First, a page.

Corporate takeovers in 2007 seen topping $4 trillion record
The number of deals is actually less, but total value is up 86%
NEW YORK » The rumors about a potential takeover of aluminum producer Alcoa Inc. this past week created an enthusiastic buzz on Wall Street that acquisitions this year will smash the $4 trillion record set in 2006.
Seven weeks into 2007, the amount of money for takeovers brokered by investment banks and private equity firms is trending above last year. In the U.S., market researcher Dealogic said volume has soared 86 percent to $228.6 billion from last year, while global volume rose 36 percent to $477.4 billion.
The statistics indicate that while the dollar amounts of these deals are growing, the number of them isn't. There have been 519 deals in the U.S. so far this year, down 38 percent from 2006, while global transactions declined 25 percent to 2,392.
Analysts believe this shows a shift in M&A trends. Wall Street might see the number of deals edge lower. But, those still in the mix will fetch increasingly higher takeover bids, such as a potential Alcoa deal that would easily top $30 billion.
"How big can it go? That's not the focus," said Gregg Slager, a senior partner with accounting firm Ernst & Young's private equity practice. "This is still all about value creation regardless of the size. The economy is strong, capital is readily available, and this creates opportunity."
While it might be about value creation, the competition among private equity firms and investment banks is increasing. Big deals such as the bidding war between Vornado Realty Trust and Blackstone Group over real estate investment trust Equity Office Properties are escalating deal volume.
In fact, it has become an intense Wall Street mating dance. In trying to gauge one of his suitor's interest, Equity Office Properties founder Samuel Zell sent an e-mail to Vornado Chairman Steven Roth that read "Roses are red, violets are blue; I hear a rumor, is it true?"
The e-mail, obtained by the New York Times, sought to determine if Roth might be interested in raising his bid to trump buyout giant Blackstone's offer of $48.50 per share. Roth responded: "Roses are red, violets are blue. I love you Sam, our bid is 52." And the deal was secured to buy the largest U.S. commercial real estate company.
If anything, the wooing that goes on in these big deals shows the willingness to raise the stakes. The exception so far this year has been Nasdaq Stock Market Inc.'s unwillingness to raise its offer price for the London Stock Market; the takeover attempt collapsed earlier this month.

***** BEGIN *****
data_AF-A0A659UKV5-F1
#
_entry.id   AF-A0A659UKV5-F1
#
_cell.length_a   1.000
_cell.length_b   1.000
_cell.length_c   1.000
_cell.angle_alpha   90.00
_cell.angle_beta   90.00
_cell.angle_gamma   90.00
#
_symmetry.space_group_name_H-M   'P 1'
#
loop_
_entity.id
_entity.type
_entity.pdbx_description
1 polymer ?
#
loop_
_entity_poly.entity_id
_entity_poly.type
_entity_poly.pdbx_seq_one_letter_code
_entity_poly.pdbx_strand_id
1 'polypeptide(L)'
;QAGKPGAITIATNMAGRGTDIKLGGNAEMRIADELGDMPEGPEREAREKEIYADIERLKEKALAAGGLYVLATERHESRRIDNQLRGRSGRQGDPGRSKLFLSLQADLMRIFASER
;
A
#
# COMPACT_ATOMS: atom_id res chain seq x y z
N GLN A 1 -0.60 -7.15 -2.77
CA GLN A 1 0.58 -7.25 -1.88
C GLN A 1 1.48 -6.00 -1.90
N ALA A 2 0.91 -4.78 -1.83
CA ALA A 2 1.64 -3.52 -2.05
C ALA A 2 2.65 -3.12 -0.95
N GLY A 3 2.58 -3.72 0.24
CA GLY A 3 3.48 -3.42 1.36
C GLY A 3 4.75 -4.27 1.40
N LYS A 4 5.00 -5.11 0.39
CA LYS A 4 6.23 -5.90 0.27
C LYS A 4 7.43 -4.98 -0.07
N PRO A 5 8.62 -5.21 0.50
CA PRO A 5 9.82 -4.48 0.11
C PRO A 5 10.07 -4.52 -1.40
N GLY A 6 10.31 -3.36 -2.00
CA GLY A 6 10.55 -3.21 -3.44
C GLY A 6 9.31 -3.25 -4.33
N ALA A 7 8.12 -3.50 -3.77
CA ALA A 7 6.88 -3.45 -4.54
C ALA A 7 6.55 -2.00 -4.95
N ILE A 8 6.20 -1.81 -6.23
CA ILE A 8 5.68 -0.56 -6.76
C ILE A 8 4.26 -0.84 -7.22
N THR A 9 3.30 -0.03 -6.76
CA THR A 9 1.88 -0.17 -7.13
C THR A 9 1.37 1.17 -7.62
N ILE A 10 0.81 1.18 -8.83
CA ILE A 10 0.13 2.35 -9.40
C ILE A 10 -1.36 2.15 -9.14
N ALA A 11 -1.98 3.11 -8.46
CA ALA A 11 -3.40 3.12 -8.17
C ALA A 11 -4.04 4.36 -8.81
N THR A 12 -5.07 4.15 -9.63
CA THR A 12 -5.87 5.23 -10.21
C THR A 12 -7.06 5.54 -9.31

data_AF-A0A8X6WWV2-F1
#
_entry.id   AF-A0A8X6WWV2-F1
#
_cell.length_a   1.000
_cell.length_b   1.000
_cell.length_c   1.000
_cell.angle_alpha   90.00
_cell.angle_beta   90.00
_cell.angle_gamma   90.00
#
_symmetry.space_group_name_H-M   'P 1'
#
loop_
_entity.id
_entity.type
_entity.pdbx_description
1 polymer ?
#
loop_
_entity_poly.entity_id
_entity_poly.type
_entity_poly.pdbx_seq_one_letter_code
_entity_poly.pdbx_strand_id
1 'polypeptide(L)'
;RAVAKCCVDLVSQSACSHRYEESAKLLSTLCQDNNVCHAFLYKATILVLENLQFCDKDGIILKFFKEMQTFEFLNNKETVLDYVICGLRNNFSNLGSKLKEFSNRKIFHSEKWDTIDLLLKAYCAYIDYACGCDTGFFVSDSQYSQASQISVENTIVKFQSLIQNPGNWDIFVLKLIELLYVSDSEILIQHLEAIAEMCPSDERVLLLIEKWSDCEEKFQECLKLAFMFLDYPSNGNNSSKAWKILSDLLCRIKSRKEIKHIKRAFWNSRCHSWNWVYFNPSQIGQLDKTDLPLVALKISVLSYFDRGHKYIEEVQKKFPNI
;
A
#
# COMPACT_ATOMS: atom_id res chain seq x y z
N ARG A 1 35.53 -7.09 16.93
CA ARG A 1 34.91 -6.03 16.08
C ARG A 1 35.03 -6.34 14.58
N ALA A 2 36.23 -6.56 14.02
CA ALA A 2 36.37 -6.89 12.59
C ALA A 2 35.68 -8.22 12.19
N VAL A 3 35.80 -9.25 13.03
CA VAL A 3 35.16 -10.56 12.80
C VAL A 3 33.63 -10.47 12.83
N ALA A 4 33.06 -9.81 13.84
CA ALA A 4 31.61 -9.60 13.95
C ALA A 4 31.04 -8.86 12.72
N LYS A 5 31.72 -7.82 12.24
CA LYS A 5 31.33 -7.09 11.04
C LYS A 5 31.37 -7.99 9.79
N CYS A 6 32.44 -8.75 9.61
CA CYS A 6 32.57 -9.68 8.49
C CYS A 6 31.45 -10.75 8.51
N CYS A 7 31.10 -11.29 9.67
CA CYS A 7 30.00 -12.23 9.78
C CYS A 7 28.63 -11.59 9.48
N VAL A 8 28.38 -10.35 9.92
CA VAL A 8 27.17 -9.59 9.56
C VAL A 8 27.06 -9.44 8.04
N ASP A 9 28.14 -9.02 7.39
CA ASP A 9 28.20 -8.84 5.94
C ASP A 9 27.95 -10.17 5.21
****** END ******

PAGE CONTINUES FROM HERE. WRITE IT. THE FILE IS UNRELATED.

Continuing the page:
One thing is for certain, that U.S. companies are sitting on record cash stockpiles -- at last count $605 billion racked up by members of the Standard & Poor's 500 index -- that can be used to expand through mergers and acquisitions.
"This amount of money is looking to be deployed, that has really made a difference in tactics and in attitude," said Bob Profusek, co-head of global M&A for law firm Jones Day. "There's this huge amount of money that needs to be invested."
That only means good things for investors, where the-sky's-the-limit offers can send share prices flying high. For example, rumors this week that Anheuser-Busch Cos. might be taken over caused its shares to hit a 52-week high. Speculation that Alcoa might be on the block helped send the entire Dow Jones industrial average higher on hope that acquisition activity will remain on a breakneck pace.
It also means Wall Street investment banks could be set up for another record-breaking year of profits. Investors have cheered results from the top five U.S. securities firms and sent their shares to new highs. Morgan Stanley, Merrill Lynch & Co., Lehman Brothers Holdings Inc., Bear Stearns Cos. and Goldman Sachs Group Inc. might all see appreciation in their shares as they garner more investment banking business.
This isn't lost on smaller firms. JMP Group, a boutique investment banking firm and asset manager based in San Francisco, has filed to raise some $100 million in an initial public offering on the New York Stock Exchange. The firm, founded in 1999 by executives from the old Montgomery Securities that was later bought by Bank of America Corp., last year posted a profit of almost $2.4 million on revenue of $63.6 million.
JMP joins others that have scrambled to go public in the past year to take advantage of robust M&A activity. Last year several boutique firms decided to go public to take advantage of the escalating capital markets environment. Shareholders that got in on their IPOs are now sitting on some pretty big returns.
Keefe, Bruyette & Woods Inc. has seen its shares advance 18 percent since it became a public company in November. Cowen Group Inc., founded in 1918 and most recently a division of French bank Societe Generale, has realized a 35 percent jump in its shares since going public in July.